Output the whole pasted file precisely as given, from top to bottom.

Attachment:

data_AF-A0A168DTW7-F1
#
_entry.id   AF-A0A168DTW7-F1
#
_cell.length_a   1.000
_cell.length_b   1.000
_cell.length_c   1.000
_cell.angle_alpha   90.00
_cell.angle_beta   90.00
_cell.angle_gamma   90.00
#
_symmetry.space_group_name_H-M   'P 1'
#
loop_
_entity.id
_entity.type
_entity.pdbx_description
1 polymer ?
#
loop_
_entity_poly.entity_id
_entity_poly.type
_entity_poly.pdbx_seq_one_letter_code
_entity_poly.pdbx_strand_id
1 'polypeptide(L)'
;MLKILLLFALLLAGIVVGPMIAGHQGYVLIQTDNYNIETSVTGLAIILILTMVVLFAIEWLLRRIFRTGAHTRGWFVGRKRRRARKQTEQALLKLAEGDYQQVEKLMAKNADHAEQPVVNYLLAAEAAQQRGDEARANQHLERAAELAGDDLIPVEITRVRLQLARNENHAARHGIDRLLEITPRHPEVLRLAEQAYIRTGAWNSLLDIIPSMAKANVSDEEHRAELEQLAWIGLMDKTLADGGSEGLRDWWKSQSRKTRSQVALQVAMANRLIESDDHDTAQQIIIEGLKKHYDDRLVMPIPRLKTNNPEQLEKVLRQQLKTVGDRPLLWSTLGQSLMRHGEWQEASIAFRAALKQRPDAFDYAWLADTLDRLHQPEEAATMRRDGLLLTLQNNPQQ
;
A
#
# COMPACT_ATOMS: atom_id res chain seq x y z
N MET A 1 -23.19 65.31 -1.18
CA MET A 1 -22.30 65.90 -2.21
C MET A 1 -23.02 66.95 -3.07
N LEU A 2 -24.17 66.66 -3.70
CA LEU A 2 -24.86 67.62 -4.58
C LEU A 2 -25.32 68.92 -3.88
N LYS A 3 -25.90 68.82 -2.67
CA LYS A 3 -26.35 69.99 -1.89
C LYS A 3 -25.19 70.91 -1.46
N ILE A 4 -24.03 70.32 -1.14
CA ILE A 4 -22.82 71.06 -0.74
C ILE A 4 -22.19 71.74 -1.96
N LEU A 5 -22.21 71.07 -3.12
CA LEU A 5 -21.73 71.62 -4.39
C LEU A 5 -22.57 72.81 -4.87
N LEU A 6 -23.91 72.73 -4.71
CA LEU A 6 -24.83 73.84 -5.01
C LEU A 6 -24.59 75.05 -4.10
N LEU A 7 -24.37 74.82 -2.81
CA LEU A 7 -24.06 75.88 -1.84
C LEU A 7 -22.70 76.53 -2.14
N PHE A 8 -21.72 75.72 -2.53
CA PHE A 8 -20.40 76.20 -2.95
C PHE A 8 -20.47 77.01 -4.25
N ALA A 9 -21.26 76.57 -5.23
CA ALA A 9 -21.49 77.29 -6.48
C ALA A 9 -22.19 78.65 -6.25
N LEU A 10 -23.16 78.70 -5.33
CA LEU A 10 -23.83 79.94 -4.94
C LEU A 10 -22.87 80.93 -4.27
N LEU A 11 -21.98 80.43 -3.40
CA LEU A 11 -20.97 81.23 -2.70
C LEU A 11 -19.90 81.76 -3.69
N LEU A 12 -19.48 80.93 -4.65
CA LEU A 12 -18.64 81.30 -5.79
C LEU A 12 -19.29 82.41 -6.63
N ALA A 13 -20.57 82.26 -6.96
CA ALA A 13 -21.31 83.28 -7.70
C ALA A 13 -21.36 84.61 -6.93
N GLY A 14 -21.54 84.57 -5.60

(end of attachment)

data_AF-A0A168DTW7-F1
#
_entry.id   AF-A0A168DTW7-F1
#
_cell.length_a   1.000
_cell.length_b   1.000
_cell.length_c   1.000
_cell.angle_alpha   90.00
_cell.angle_beta   90.00
_cell.angle_gamma   90.00
#
_symmetry.space_group_name_H-M   'P 1'
#
loop_
_entity.id
_entity.type
_entity.pdbx_description
1 polymer ?
#
loop_
_entity_poly.entity_id
_entity_poly.type
_entity_poly.pdbx_seq_one_letter_code
_entity_poly.pdbx_strand_id
1 'polypeptide(L)'
;MLKILLLFALLLAGIVVGPMIAGHQGYVLIQTDNYNIETSVTGLAIILILTMVVLFAIEWLLRRIFRTGAHTRGWFVGRKRRRARKQTEQALLKLAEGDYQQVEKLMAKNADHAEQPVVNYLLAAEAAQQRGDEARANQHLERAAELAGDDLIPVEITRVRLQLARNENHAARHGIDRLLEITPRHPEVLRLAEQAYIRTGAWNSLLDIIPSMAKANVSDEEHRAELEQLAWIGLMDKTLADGGSEGLRDWWKSQSRKTRSQVALQVAMANRLIESDDHDTAQQIIIEGLKKHYDDRLVMPIPRLKTNNPEQLEKVLRQQLKTVGDRPLLWSTLGQSLMRHGEWQEASIAFRAALKQRPDAFDYAWLADTLDRLHQPEEAATMRRDGLLLTLQNNPQQ
;
A
#
# COMPACT_ATOMS: atom_id res chain seq x y z
N MET A 1 -23.19 65.31 -1.18
CA MET A 1 -22.30 65.90 -2.21
C MET A 1 -23.02 66.95 -3.07
N LEU A 2 -24.17 66.66 -3.70
CA LEU A 2 -24.86 67.62 -4.58
C LEU A 2 -25.32 68.92 -3.88
N LYS A 3 -25.90 68.82 -2.67
CA LYS A 3 -26.35 69.99 -1.89
C LYS A 3 -25.19 70.91 -1.46
N ILE A 4 -24.03 70.32 -1.14
CA ILE A 4 -22.82 71.06 -0.74
C ILE A 4 -22.19 71.74 -1.96
N LEU A 5 -22.21 71.07 -3.12
CA LEU A 5 -21.73 71.62 -4.39
C LEU A 5 -22.57 72.81 -4.87
N LEU A 6 -23.91 72.73 -4.71
CA LEU A 6 -24.83 73.84 -5.01
C LEU A 6 -24.59 75.05 -4.10
N LEU A 7 -24.37 74.82 -2.81
CA LEU A 7 -24.06 75.88 -1.84
C LEU A 7 -22.70 76.53 -2.14
N PHE A 8 -21.72 75.72 -2.53
CA PHE A 8 -20.40 76.20 -2.95
C PHE A 8 -20.47 77.01 -4.25
N ALA A 9 -21.26 76.57 -5.23
CA ALA A 9 -21.49 77.29 -6.48
C ALA A 9 -22.19 78.65 -6.25
N LEU A 10 -23.16 78.70 -5.33
CA LEU A 10 -23.83 79.94 -4.94
C LEU A 10 -22.87 80.93 -4.27
N LEU A 11 -21.98 80.43 -3.40
CA LEU A 11 -20.97 81.23 -2.70
C LEU A 11 -19.90 81.76 -3.69
N LEU A 12 -19.48 80.93 -4.65
CA LEU A 12 -18.64 81.30 -5.79
C LEU A 12 -19.29 82.41 -6.63
N ALA A 13 -20.57 82.26 -6.96
CA ALA A 13 -21.31 83.28 -7.70
C ALA A 13 -21.36 84.61 -6.93
N GLY A 14 -21.54 84.57 -5.60